In the plains of Kakuma town located in Turkana County, Kenya, underneath the blazing sun, we spoke to 25-year-old Clement Wanyonyi Maboko and 22-year-old Bonface Masibo who are past participants of the Skills for Life project implemented by Swisscontact. Both men, now experienced screen printers, tell us about their journey; how the training moulded and changed their lives.
Clement: I relocated from Kitale, which is approximately 305kms from Kakuma town after completing my secondary education. My sister lived and worked as a salonist in the town. I decided to join her in the hope of identifying a moneymaking opportunity. After all, I was idling in my parents' house as they couldn't afford to pay for my university education and support my younger siblings at the same time. During the time before the training, I would get odd jobs as a casual labourer at construction sites. Still, these opportunities were very hard to come by, and I was always anxious about my future. I didn't enjoy the tedious tasks that came with odd jobs. I desired to have a stable income but didn't know how to make this a reality as I did not possess any specialised qualifications.
Bonface: I too completed my secondary education and moved from Kitale to identify something constructive to do. I heard there were a lot of opportunities here. So, I was hustling all the time, doing different odd jobs. I managed to save some money and opened a small business selling chips, but this was short-lived. I could not seem to reduce my skyrocketing operational costs, and I was not making any profit.
Clement: A Swisscontact Project Assistant visited my sister's salon during an awareness drive and announced that there was training going on, pertaining to screen printing. I quickly identified this as an opportunity to learn something new and asked the representative to register me for the three-month course. I have always been interested in art, and the screen printing training, in particular, provided me with a chance to explore that and increase my skillset as we were going to be taught design and how to brand different merchandise like cups and t-shirts.
Bonface: I heard about it from one of my friends who was undergoing a different training for soap making. He knew I was struggling to make ends meet and proposed that I learn a new skill that would increase my chances of earning a decent income. He linked me to the Swisscontact staff responsible for registration who informed me that the only training available at the time was screen printing. I decided to take it up and do not regret my decision.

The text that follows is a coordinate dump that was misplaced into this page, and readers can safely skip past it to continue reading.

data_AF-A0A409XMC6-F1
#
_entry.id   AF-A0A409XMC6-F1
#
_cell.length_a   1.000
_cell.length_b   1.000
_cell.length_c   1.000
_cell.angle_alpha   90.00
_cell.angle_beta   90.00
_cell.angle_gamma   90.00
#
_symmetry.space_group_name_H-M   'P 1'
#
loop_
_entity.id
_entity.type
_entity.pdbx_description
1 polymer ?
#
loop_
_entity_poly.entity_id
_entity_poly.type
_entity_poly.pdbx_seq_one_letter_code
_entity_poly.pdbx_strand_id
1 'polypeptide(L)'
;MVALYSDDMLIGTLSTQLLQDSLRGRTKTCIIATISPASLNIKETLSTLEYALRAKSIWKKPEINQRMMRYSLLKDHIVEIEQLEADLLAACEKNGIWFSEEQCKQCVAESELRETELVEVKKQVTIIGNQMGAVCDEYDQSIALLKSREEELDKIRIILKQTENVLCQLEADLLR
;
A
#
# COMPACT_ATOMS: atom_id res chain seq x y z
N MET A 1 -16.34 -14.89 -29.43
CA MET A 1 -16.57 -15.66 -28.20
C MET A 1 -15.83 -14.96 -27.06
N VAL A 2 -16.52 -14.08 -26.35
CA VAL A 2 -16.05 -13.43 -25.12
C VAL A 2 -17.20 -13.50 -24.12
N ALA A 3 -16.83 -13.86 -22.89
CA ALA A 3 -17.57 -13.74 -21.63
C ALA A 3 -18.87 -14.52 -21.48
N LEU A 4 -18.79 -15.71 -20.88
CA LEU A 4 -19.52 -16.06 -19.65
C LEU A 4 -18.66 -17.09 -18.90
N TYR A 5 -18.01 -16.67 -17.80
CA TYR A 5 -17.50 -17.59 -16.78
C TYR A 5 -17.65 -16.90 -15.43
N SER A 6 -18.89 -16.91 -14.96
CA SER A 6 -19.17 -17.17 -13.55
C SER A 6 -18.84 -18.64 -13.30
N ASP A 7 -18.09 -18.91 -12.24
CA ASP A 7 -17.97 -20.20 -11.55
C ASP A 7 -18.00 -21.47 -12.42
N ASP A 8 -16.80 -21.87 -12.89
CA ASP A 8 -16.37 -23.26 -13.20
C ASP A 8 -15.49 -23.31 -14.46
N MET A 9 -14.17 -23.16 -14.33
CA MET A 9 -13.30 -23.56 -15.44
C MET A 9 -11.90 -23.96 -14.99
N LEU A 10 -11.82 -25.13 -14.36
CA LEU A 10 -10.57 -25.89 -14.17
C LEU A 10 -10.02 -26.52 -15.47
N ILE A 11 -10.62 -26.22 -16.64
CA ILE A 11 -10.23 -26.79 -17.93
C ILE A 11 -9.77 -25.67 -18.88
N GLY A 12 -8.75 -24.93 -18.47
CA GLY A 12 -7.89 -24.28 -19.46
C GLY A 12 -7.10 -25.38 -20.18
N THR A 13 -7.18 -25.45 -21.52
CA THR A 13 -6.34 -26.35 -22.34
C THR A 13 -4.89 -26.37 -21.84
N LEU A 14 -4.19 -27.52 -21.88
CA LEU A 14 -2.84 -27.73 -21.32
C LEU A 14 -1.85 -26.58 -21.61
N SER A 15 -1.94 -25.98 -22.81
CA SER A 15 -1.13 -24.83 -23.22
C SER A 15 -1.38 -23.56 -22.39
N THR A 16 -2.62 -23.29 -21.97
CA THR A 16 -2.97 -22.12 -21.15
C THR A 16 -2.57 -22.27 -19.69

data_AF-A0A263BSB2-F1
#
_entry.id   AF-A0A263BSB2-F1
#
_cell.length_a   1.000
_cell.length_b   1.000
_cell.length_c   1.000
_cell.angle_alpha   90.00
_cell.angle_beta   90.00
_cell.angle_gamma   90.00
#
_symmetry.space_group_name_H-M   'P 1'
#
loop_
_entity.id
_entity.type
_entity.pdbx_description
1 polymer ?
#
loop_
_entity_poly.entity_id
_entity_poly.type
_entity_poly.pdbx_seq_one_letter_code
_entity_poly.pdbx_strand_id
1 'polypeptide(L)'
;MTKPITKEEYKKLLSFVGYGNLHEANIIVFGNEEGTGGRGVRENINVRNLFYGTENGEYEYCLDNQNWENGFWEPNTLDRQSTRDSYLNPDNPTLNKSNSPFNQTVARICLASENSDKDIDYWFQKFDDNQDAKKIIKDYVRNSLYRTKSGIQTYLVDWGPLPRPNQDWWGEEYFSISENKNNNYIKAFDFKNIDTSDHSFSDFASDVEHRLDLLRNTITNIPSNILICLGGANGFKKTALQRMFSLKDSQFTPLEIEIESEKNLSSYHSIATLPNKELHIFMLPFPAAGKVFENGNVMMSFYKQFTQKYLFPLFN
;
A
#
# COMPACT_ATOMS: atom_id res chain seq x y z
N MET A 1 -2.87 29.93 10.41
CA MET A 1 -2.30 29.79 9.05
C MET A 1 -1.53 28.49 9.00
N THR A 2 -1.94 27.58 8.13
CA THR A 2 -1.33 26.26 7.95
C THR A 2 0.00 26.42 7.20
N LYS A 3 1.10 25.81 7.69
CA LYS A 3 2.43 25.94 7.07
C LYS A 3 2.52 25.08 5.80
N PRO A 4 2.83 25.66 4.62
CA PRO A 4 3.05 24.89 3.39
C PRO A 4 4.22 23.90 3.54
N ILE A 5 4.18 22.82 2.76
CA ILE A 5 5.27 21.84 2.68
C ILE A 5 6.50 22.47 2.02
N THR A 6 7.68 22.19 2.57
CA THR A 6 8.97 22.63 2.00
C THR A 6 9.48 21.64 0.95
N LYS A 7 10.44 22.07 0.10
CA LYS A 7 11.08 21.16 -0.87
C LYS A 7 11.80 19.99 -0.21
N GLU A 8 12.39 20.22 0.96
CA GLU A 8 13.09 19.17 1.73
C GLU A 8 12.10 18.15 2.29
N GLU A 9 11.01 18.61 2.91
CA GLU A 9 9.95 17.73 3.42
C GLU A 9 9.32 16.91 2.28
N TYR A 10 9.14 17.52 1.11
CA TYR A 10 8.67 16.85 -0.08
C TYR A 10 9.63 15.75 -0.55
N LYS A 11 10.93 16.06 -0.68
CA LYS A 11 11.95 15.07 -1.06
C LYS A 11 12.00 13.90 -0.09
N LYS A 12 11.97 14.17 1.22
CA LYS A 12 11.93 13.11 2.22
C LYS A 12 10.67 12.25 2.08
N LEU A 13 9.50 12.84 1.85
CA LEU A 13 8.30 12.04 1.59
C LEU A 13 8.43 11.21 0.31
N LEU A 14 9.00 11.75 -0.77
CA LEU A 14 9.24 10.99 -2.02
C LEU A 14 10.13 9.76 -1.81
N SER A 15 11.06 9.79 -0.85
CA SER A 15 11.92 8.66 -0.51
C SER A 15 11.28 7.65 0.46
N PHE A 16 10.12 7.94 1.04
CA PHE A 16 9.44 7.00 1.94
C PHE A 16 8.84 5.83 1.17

Clement: After completing the training, we formed a business group and registered a company which soon became difficult to manage. Most members were not fully committed to work and rarely showed up at the printing shop, especially on those slow days. So, we gradually started to reduce in numbers. We decided to formulate a constitution that would govern how we interacted as a group and especially with regard to conflict.
Bonface: As time went by, we realised that not all members were serious and several voluntarily dropped out of the business group for one reason or another. From an initial 32 members, only 20 completed the training. Eventually, it remained just the two of us. So, we came up with a strategy that we hoped would increase our client base. When one of us went to market the business and identify contacts, the other remained in the printing shop. We set targets for ourselves to keep us on our toes as we needed to meet several operational costs like rent and the cost of materials. We also drafted rules for us to work together.
Clement: Our first two months of business were challenging as we barely made anything and would go home empty-handed, but we have slowly been able to increase our client base. We have secured big jobs with international organisations within the camp and just the other day we made CHF 273 in profit for branding bandanas. We save our profit and re-invest it back into our business. So far, we've managed to purchase office supplies, production materials and a new laptop worth CHF 164.
Bonface: We've opened a joint account now and have also managed to get a business certificate changing our business name to 'Clear Face.' With our marketing strategy, we try to sell ourselves to a wide range of people. We show our potential clients our previous work, and it's the quality of our outputs that guarantees us more orders.
Clement: Without undergoing training, life would not have been easy. At first, our goals and dreams seemed hard to achieve, but at least now we have hope. We plan to be well known in this industry and to deliver quality, something our two competitors are not keen on. I save most of my earnings and plan to revive the poultry project I had begun back in Kitale. I hope to be able to balance both so that I can earn more income.
Bonface: I've learnt you can't achieve anything if you don't possess demand-driven skills. I want to empower youths from this place so that they understand that. Occasionally, they come here, and we help them by teaching them the basics. I also want to use my savings to fund my singing. I want to make a video for a song I wrote. Everything has changed for me now. I'm able to eat to my filling and sleep with less anxiety, knowing that I have a hopeful future ahead of me.
Promoting Life Skills and Livelihoods - Skills for Life (S4L)
Skills for Life is currently in its third phase of implementation. It seeks to strengthen the income-generating capabilities of youth from the host and refugee communities in Kakuma by enhancing their technical, financial, life and literacy skills. Skills for Life is financed by the Swiss Agency for Development and Cooperation (SDC) and implemented by Swisscontact.